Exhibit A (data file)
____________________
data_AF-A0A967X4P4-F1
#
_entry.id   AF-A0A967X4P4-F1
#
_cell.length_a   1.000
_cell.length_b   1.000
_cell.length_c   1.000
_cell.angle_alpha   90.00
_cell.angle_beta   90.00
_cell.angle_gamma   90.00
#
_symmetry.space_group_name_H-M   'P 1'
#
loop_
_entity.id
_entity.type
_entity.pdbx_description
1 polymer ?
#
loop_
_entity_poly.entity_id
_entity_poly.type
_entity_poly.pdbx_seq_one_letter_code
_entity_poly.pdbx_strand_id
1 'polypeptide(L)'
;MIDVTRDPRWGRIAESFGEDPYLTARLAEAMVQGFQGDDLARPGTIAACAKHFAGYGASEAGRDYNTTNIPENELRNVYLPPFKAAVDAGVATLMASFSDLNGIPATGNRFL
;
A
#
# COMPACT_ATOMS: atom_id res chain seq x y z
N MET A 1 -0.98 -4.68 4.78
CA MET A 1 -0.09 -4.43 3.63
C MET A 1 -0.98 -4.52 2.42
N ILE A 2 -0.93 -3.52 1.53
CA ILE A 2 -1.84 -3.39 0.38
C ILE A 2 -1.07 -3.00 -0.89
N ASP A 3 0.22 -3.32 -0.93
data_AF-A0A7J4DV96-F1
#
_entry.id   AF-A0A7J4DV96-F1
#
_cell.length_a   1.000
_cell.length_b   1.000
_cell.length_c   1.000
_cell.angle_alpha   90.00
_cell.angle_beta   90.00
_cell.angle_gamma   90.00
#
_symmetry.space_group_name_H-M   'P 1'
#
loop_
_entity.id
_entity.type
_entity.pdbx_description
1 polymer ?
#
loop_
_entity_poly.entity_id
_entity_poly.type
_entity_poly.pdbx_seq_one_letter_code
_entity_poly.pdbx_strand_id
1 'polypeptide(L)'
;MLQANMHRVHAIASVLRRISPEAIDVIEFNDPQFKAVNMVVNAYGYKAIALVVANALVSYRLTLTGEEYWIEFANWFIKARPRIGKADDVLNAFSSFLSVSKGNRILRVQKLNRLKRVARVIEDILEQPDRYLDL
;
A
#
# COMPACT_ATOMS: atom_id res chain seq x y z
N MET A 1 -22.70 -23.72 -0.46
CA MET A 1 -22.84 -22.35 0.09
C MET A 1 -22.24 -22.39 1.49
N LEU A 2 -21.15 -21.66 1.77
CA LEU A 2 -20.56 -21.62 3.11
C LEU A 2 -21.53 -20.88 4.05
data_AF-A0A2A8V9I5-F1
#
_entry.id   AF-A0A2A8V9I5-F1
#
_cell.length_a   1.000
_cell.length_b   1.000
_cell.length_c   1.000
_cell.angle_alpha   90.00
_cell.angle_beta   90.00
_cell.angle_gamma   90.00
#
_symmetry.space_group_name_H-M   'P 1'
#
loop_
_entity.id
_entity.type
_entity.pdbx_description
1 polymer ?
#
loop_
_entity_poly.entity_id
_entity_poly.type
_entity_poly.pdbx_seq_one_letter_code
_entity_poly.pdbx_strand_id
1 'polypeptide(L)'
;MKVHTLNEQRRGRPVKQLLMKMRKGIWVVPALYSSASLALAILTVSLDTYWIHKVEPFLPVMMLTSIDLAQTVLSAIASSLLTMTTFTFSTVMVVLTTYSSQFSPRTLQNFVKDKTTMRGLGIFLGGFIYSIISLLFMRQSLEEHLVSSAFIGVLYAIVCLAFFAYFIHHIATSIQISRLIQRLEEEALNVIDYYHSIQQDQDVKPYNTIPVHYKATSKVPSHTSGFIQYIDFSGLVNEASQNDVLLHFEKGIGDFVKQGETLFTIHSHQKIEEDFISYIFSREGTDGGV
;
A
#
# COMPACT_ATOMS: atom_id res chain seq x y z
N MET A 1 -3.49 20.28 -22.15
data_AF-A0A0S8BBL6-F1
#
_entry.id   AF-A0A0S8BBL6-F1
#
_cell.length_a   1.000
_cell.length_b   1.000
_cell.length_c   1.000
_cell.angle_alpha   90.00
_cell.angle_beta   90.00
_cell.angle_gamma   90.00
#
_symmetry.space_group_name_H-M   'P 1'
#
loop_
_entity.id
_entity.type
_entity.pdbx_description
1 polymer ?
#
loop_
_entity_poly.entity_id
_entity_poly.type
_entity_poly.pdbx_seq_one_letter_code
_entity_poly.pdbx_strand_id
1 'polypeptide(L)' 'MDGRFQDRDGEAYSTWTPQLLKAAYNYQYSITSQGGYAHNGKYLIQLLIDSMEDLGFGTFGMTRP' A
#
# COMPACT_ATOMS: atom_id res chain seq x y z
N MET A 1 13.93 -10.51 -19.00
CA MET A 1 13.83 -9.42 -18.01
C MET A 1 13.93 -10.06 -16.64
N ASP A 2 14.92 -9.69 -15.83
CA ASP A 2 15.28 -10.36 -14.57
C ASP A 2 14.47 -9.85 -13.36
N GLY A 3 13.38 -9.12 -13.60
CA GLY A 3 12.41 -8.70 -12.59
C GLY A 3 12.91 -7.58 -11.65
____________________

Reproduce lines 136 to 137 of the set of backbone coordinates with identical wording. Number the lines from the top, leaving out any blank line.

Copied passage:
CA ASP A 2 15.28 -10.36 -14.57
C ASP A 2 14.47 -9.85 -13.36